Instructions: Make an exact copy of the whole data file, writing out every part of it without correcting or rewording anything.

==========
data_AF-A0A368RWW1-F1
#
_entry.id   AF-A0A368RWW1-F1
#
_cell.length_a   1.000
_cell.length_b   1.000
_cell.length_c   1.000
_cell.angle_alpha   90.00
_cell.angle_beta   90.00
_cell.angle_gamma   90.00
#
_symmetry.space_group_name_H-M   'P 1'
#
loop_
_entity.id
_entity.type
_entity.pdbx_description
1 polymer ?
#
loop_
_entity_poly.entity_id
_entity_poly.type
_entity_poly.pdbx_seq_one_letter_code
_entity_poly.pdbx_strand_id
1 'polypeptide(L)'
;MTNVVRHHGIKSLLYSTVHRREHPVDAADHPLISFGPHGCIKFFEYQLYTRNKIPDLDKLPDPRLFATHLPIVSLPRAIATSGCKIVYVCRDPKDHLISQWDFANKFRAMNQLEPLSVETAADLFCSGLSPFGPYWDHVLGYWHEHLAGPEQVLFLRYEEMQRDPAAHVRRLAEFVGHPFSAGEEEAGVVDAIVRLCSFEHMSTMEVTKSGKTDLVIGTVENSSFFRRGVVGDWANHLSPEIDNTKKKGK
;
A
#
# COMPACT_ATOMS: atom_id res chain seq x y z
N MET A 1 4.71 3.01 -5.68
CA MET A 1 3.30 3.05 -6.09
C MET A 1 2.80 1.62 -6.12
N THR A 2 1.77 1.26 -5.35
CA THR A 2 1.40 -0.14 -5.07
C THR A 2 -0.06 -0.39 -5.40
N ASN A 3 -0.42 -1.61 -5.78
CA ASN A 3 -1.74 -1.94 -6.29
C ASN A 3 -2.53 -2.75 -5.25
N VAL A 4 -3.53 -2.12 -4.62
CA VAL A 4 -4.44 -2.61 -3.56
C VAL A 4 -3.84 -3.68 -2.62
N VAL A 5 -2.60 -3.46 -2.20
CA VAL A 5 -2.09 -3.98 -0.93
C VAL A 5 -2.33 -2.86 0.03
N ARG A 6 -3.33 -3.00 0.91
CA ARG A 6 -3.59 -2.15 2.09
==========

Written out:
data_AF-A0A368RWW1-F1
#
_entry.id   AF-A0A368RWW1-F1
#
_cell.length_a   1.000
_cell.length_b   1.000
_cell.length_c   1.000
_cell.angle_alpha   90.00
_cell.angle_beta   90.00
_cell.angle_gamma   90.00
#
_symmetry.space_group_name_H-M   'P 1'
#
loop_
_entity.id
_entity.type
_entity.pdbx_description
1 polymer ?
#
loop_
_entity_poly.entity_id
_entity_poly.type
_entity_poly.pdbx_seq_one_letter_code
_entity_poly.pdbx_strand_id
1 'polypeptide(L)'
;MTNVVRHHGIKSLLYSTVHRREHPVDAADHPLISFGPHGCIKFFEYQLYTRNKIPDLDKLPDPRLFATHLPIVSLPRAIATSGCKIVYVCRDPKDHLISQWDFANKFRAMNQLEPLSVETAADLFCSGLSPFGPYWDHVLGYWHEHLAGPEQVLFLRYEEMQRDPAAHVRRLAEFVGHPFSAGEEEAGVVDAIVRLCSFEHMSTMEVTKSGKTDLVIGTVENSSFFRRGVVGDWANHLSPEIDNTKKKGK
;
A
#
# COMPACT_ATOMS: atom_id res chain seq x y z
N MET A 1 4.71 3.01 -5.68
CA MET A 1 3.30 3.05 -6.09
C MET A 1 2.80 1.62 -6.12
N THR A 2 1.77 1.26 -5.35
CA THR A 2 1.40 -0.14 -5.07
C THR A 2 -0.06 -0.39 -5.40
N ASN A 3 -0.42 -1.61 -5.78
CA ASN A 3 -1.74 -1.94 -6.29
C ASN A 3 -2.53 -2.75 -5.25
N VAL A 4 -3.53 -2.12 -4.62
CA VAL A 4 -4.44 -2.61 -3.56
C VAL A 4 -3.84 -3.68 -2.62
N VAL A 5 -2.60 -3.46 -2.20
CA VAL A 5 -2.09 -3.98 -0.93
C VAL A 5 -2.33 -2.86 0.03
N ARG A 6 -3.33 -3.00 0.91
CA ARG A 6 -3.59 -2.15 2.09